In application, DC electric heater maintain the water (approx 50 liters) temperature to 70 degree using battery bank and PV panels, which will operate 24×7.
How should I design the solar system for this application…
Don't know you environmental duties or solar insolation, but something like a thermostat connected to the heater and the heater connected to a battery bank and a set of batteries, I'd run a DC system and have the thermostat run a relay. Figure your maximum daily load and multiply that times the maximum days with out effective sun for your battery storage then multiply that inversely times the maximum you should take the battery banks SOC "State Of Charge". Then take your battery bank capacity and figure a solar array that can charge the batteries at a 13% charge rate.
Let me ask you, How do I get to Cleveland?
Well you've given a tiny bit more information, but I'm still trying to get to Cleveland...
Solar Insolation can be found for your are, it will give better than approx." numbers, it will give history and if in the US you can also find numbers that will reflect the effective numbers given the angle and direction of your array.
I now have the volume of water, and the desired temperature, Those are 2 of many factors in determining load. Is the water in an open bucket, such as an animal watering bucket? is it in an insolated water heater, how much insolation? What is the environment, if you are in Alaska where the mean temperature is 5 C or in a southwest desert where the temps are 30 C. How often will the water be used and fresh water be brought back up to 70 C? What will be the water's starting temperature?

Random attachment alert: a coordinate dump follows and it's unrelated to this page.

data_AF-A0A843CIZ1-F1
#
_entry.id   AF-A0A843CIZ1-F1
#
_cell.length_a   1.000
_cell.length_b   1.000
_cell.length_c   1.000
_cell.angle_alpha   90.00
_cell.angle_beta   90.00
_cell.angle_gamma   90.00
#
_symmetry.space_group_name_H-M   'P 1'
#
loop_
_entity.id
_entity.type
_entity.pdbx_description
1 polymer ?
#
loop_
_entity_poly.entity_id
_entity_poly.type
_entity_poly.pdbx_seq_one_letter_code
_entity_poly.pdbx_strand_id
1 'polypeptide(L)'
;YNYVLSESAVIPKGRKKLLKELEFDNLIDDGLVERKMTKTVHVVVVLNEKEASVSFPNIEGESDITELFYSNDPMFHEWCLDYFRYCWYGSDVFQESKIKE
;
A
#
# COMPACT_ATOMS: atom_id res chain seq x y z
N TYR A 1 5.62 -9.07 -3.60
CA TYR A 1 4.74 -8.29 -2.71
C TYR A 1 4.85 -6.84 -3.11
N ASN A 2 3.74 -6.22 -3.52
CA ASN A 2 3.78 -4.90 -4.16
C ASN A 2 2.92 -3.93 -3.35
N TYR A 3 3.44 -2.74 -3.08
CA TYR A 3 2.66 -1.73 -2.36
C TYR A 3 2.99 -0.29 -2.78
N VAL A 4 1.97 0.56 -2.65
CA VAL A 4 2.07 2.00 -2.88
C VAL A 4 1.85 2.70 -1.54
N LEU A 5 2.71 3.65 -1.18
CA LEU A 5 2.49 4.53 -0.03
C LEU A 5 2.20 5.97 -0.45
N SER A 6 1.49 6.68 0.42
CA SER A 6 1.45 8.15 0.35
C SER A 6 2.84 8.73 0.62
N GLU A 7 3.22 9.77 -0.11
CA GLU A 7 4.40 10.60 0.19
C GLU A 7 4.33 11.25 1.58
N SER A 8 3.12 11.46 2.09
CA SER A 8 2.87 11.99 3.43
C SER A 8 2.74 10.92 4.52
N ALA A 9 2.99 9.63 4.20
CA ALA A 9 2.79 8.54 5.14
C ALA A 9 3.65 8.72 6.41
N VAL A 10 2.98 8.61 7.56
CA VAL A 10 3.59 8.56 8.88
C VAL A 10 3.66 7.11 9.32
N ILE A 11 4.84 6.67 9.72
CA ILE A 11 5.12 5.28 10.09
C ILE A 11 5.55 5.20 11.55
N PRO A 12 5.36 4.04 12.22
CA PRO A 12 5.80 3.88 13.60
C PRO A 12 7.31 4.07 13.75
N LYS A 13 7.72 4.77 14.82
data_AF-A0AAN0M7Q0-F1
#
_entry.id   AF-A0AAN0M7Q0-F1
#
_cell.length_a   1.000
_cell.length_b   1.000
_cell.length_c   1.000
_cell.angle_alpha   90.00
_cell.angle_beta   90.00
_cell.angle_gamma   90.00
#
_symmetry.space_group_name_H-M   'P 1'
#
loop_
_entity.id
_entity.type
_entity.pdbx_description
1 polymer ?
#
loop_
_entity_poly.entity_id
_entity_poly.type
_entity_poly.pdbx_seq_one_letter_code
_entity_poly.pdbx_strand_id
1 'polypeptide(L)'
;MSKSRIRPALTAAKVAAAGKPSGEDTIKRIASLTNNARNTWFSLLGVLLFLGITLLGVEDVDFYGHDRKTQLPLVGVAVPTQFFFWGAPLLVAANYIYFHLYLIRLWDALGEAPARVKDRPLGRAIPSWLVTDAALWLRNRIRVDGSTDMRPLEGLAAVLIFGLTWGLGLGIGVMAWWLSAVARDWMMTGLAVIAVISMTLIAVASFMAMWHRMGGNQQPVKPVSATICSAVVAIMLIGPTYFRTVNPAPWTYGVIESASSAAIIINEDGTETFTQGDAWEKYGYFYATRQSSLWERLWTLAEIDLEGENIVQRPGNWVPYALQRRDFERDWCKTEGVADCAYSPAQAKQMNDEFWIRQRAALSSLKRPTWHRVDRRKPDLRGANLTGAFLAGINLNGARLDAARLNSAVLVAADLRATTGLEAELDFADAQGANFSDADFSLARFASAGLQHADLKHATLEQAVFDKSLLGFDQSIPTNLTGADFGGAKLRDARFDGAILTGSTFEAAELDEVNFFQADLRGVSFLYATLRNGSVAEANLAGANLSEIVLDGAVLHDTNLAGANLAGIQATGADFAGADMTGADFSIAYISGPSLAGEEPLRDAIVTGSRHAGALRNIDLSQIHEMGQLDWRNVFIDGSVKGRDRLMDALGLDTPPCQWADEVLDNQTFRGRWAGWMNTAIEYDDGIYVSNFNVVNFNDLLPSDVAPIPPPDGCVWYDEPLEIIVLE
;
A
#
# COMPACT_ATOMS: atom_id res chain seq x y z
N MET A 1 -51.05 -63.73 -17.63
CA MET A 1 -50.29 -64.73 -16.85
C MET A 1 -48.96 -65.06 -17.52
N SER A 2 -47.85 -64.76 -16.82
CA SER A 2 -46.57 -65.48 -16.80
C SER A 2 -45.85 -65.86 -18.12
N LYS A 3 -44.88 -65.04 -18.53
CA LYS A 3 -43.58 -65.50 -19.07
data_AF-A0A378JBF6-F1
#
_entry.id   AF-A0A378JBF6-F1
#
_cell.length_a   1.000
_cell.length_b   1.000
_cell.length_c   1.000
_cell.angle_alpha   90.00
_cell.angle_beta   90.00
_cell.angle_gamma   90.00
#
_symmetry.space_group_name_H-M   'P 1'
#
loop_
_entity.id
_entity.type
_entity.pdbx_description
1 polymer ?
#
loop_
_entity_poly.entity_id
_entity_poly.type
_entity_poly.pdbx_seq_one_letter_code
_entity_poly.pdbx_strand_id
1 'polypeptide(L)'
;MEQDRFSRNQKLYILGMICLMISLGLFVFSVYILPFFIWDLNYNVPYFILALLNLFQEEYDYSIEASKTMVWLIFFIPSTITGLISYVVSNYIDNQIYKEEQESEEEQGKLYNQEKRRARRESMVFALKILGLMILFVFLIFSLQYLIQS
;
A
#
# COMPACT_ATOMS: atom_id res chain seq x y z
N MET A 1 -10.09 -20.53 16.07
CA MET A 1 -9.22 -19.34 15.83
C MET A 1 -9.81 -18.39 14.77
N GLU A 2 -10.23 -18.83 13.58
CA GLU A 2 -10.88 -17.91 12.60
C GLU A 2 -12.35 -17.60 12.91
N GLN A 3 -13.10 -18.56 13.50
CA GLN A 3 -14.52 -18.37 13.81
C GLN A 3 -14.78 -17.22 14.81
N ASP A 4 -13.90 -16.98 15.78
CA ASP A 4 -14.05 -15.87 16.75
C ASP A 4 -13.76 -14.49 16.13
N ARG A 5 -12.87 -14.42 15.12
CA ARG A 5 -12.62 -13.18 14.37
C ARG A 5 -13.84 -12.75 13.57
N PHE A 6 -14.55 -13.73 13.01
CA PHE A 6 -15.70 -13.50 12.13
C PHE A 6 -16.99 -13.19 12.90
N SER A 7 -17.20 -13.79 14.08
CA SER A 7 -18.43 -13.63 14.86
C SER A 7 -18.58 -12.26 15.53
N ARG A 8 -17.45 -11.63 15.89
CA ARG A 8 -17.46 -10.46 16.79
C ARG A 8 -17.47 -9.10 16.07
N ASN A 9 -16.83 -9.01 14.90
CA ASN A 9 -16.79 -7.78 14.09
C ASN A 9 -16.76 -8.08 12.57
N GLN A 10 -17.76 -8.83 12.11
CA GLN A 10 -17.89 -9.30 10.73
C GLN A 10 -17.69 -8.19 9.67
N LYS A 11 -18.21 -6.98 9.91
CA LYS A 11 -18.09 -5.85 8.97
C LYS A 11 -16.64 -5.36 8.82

8 liters or 2 1/2 gallons of water is not a lot, I suspect you can do this with a fairly small system, if the load is minimal, if it's cycling. 70 degrees is below purification temperature, so I suspect it won't be cycled too often? I think 70 C is also higher temps than is recommended in most water heaters, I think they shoot for 130-150 degrees Fahrenheit. It will likely be a temperature that will require a good bit of insulation and energy to maintain with in a reasonable load.
Wish I could give you a simple answer, but it's not a simple question.
Delhi rarely gets below freezing;
A Bread Box type heart is likely all you would ever need, if this is to provide hot water for home use. Cheaper and arguably more reliable than a solar electric system, try to have enough volume for a few days and to even out the heating (takes longer to heat up and cool down)
I've even seen large water containers 55-225 gallon on roofs in Puerto Rico, with no real reflectors or insulation.